The Challenges for Point of Care Device Development
What to consider when embarking on development of a point of care testing device?
By reducing the time to diagnosis and improving clinical decisions, Point Of Care Testing (POCT) has the opportunity to save lives. Such rapid decisions may be critical, for example in cases of stroke or sepsis, where precise bedside diagnosis may be vital. By removing the laboratory from the diagnostic process, the clinical outcomes for patients in developing countries may also be substantially improved.
The obvious opportunities offered by this process means that at KD we have seen substantial investment in products targeted at the POCT market, mirroring a global trend. However, there remain challenges on the road to device development. In this article we will consider a few of the hurdles that we routinely plan for.
The nature of POCT means that there is considerable diversity in the operating environment and user types that the device may encounter. Successful POCT devices add value by streamlining the process, eliminating the need for trained laboratory technicians operating with controlled processes. To do this, the POCT device must manage all aspects of sample collection, processing and result presentation to non-specialist technicians.
These variables can lead to poor definition of the target user and process steps; a problem sometimes compounded by an early rush to solve the technical challenges of the core product technology.
Our experience at KD is that during these early stages of development it is critical to maintain focus on the user needs. For example, by questioning the level of automation in sample collection, preparation and test execution, it may have a substantial effect on the preferred approach to the key technical challenges. The focus must also be on questioning where the value is really added, especially on first versions of the product.
This picture may be complicated further by the commercial objectives of the organisations involved. Is the final objective to reach commercial release of the product, or to sufficiently demonstrate the operating principals and technology to the point where the ideas may be sold or licensed?
At KD, we take steps to meet these varying challenges using our in-house research team, to assist clients in creating market and user profiles. This expertise, coupled with the understanding of our human factors and engineering teams, provides the information needed to make the correct decisions early in development. This can also have the added benefit of opening previously unforeseen commercial and technical opportunities with the product.
In addition to the wider issues of user and market understanding, there are recurring technical challenges associated with the creation of a POCT product.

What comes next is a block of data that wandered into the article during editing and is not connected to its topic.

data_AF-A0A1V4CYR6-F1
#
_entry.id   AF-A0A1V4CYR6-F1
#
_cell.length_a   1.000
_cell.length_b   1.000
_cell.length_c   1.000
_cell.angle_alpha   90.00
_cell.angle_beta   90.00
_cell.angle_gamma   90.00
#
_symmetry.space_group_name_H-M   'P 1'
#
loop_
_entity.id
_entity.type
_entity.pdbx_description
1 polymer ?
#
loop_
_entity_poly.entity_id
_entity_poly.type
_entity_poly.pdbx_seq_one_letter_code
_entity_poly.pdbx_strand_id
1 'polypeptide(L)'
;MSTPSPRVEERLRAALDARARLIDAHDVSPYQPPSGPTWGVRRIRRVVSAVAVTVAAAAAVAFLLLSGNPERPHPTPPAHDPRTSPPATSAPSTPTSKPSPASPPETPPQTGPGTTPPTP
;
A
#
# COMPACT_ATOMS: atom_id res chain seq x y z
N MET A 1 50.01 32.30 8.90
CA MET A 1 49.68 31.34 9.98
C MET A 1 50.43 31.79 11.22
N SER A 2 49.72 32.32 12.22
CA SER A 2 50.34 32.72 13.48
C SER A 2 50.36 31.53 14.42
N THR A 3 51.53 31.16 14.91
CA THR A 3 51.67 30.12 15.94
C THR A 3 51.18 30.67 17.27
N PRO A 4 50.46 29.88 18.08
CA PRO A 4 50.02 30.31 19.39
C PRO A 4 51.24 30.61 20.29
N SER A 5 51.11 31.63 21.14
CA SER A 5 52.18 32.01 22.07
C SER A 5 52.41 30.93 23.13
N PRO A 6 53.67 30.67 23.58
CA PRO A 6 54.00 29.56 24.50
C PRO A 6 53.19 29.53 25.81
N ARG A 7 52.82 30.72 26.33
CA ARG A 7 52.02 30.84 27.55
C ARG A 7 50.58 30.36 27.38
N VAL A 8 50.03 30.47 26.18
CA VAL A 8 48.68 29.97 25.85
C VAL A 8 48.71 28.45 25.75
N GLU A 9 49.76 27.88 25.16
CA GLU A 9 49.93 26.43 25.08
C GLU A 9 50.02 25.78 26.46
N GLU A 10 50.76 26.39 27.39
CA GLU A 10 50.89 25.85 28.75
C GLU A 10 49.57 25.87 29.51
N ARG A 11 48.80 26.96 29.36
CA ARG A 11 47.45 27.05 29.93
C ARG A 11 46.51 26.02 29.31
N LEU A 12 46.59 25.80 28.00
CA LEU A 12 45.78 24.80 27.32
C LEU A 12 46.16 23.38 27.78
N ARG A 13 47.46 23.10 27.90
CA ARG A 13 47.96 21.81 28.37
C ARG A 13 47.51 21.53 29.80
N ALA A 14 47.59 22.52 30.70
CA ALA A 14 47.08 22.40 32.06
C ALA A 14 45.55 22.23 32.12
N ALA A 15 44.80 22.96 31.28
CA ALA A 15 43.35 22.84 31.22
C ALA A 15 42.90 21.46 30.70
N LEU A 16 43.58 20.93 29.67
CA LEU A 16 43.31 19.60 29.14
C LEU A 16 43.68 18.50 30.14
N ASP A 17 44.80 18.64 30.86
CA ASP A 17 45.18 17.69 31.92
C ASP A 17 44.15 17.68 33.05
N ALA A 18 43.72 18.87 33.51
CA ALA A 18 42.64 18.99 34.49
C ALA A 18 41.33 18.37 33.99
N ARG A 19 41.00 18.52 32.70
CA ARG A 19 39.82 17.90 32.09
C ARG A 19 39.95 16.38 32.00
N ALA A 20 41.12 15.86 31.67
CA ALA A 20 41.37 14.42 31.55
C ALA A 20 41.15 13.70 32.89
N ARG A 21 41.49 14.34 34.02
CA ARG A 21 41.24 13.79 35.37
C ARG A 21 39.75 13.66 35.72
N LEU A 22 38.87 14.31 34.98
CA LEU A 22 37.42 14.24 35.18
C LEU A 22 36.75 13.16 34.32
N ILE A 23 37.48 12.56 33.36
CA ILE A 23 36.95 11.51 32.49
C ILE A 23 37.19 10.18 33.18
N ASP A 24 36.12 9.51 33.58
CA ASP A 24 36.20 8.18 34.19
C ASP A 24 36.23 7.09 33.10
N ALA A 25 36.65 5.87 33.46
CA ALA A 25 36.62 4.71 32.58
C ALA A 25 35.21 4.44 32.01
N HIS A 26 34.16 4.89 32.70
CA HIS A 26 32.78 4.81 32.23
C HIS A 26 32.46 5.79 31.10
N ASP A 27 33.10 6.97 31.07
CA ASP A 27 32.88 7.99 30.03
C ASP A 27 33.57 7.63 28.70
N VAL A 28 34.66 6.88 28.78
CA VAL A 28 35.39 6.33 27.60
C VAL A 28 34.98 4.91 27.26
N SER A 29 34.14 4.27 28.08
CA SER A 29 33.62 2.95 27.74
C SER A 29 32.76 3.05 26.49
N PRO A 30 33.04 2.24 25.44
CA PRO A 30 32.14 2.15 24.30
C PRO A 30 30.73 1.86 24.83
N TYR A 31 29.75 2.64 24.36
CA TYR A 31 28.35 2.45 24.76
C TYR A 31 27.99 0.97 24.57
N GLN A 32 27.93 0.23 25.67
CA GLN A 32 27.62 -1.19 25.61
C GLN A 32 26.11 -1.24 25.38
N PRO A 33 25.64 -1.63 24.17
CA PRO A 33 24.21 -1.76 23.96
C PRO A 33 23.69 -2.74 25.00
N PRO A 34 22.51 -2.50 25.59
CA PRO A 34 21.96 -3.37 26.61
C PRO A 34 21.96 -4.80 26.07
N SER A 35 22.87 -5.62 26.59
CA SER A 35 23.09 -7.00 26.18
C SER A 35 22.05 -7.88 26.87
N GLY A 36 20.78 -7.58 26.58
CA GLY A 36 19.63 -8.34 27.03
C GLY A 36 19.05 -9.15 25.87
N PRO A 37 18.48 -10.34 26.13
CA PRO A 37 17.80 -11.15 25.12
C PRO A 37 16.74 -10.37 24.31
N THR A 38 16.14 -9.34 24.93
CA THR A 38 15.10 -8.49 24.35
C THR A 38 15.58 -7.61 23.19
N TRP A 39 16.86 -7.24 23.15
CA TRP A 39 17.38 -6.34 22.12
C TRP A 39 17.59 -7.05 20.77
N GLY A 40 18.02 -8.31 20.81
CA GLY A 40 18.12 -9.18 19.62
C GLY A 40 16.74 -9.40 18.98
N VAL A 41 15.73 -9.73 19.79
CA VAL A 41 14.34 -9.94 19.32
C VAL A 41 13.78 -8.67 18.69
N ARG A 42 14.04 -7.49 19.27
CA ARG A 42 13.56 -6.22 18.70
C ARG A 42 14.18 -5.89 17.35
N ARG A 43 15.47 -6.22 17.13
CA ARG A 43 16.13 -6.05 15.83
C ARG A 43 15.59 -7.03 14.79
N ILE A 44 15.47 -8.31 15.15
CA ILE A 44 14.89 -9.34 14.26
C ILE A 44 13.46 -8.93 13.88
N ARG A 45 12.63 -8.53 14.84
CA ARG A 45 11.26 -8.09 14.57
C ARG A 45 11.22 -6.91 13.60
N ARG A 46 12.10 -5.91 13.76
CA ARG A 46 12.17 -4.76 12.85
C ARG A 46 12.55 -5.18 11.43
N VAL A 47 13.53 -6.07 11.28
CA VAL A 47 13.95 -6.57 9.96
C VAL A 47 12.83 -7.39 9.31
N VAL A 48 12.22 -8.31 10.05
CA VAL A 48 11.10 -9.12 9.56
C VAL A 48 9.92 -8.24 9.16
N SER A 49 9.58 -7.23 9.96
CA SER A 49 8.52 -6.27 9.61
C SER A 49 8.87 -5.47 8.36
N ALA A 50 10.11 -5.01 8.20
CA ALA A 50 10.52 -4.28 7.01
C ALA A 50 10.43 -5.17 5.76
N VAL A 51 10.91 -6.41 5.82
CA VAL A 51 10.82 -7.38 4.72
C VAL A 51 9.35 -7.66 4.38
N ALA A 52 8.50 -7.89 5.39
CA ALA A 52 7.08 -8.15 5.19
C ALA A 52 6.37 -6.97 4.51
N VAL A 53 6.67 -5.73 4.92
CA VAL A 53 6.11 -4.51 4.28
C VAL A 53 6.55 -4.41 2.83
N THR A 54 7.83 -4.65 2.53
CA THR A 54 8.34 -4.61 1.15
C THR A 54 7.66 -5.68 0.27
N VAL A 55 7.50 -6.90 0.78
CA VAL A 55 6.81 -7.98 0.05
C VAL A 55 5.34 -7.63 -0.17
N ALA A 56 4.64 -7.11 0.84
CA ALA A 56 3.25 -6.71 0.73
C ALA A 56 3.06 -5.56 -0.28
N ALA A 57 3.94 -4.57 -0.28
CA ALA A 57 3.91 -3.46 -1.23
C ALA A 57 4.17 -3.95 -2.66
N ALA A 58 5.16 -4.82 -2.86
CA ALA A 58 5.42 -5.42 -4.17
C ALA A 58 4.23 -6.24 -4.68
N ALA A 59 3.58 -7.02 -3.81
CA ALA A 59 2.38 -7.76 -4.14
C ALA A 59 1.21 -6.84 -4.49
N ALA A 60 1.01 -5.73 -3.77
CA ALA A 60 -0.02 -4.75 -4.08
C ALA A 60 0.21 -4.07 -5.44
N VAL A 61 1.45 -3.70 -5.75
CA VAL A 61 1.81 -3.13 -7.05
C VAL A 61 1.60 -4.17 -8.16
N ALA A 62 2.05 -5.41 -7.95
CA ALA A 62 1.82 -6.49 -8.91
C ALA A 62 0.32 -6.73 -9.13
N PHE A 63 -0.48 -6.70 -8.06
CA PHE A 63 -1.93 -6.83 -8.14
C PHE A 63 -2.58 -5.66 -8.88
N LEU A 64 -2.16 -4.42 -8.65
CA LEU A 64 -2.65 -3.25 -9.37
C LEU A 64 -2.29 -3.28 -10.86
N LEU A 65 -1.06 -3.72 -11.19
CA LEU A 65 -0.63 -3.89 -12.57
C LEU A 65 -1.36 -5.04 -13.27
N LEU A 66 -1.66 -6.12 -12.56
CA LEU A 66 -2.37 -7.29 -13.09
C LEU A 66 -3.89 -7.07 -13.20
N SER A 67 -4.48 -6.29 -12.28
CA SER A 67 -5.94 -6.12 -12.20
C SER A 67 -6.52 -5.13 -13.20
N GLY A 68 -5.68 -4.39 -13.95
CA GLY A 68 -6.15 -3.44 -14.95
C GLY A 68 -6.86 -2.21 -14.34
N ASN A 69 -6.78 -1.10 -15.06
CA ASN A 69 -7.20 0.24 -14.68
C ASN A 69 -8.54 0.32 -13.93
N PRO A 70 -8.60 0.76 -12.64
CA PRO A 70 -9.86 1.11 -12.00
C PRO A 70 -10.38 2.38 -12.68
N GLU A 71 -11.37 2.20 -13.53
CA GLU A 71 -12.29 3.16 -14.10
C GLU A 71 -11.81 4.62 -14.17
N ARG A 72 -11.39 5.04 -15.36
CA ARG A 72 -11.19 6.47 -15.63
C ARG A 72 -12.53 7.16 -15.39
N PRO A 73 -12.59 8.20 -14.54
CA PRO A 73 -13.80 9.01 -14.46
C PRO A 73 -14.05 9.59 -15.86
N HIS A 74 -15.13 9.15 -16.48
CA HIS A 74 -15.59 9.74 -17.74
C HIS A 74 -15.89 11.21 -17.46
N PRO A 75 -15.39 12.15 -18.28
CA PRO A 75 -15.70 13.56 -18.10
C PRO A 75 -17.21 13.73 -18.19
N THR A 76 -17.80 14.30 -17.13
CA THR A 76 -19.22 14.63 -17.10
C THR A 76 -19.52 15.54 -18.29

Taking the example of Lab on Chip (LOC) concepts, which were first drawing attention more than two decades ago, there has been relatively limited transfer of devices to the commercial market. The challenges in this field are often found in the multidisciplinary aspects of the development process which must link the laboratory chemistry through all aspects of the final product design. At each level in this chain, there needs to be effective communication of requirements so that the intent of the design is maintained through the transfer of disciplines.
At KD, we work through a process of continual engagement with the project scientific team, with a ‘fail-early’ philosophy in the design process. By performing early stage prototyping of various aspects of the assay, demonstrating function across the technical fields, possible shortfalls in the design can be rectified at lowest possible cost and risk.
There is also the temptation to pursue device miniaturisation to open wider commercial markets and to remove the transport, storage and labelling requirements in larger remote devices. This added convenience is offset by procedural risks and greater requirements for the operational robustness of the device. There are notable exceptions to this analysis, for example the Abbott i-STAT system, however the challenges of reaching the market with a miniaturised POCT device should not be underestimated.
Beyond the technical and user challenges of the device, that is to ensure the outcome of a correct analysis, there is the ultimate economic value of the device. Here it is important to consider not just the basic cost comparison of a single POCT test with the laboratory, but the post-test analysis and outcome too.
By improving the speed of result delivery, carers and physicians may be able to improve patient outcome, leading to substantial future cost savings. Reviews of the economics of POCT testing have illustrated the complexity of ascertaining value in this approach. Therefore, to demonstrate future market application, it is incumbent on the developer to fully define the value proposition and to set the device and consumable costs accordingly.
POCT has the potential to offer substantial benefits in patient clinical outcomes. However, the development of a successful POCT product is dependent upon the design team establishing clarity of the user and product requirements. These findings should be drawn as early as possible in the development process to allow the precise targeting of project resources, minimising cost and time to market.
To hear more about development of POCT devices contact one of our experts: Dave Baker, Principal Engineer firstname.lastname@example.org, Phil Walsh, Head of Engineering: email@example.com, or Kerry Briggs, Head of Medical: firstname.lastname@example.org.
 St John A., Price C.P., Review Economic Evidence and Point-of-Care Testing. Clin Biochem Rev. 2013 Aug; 34(2):61-74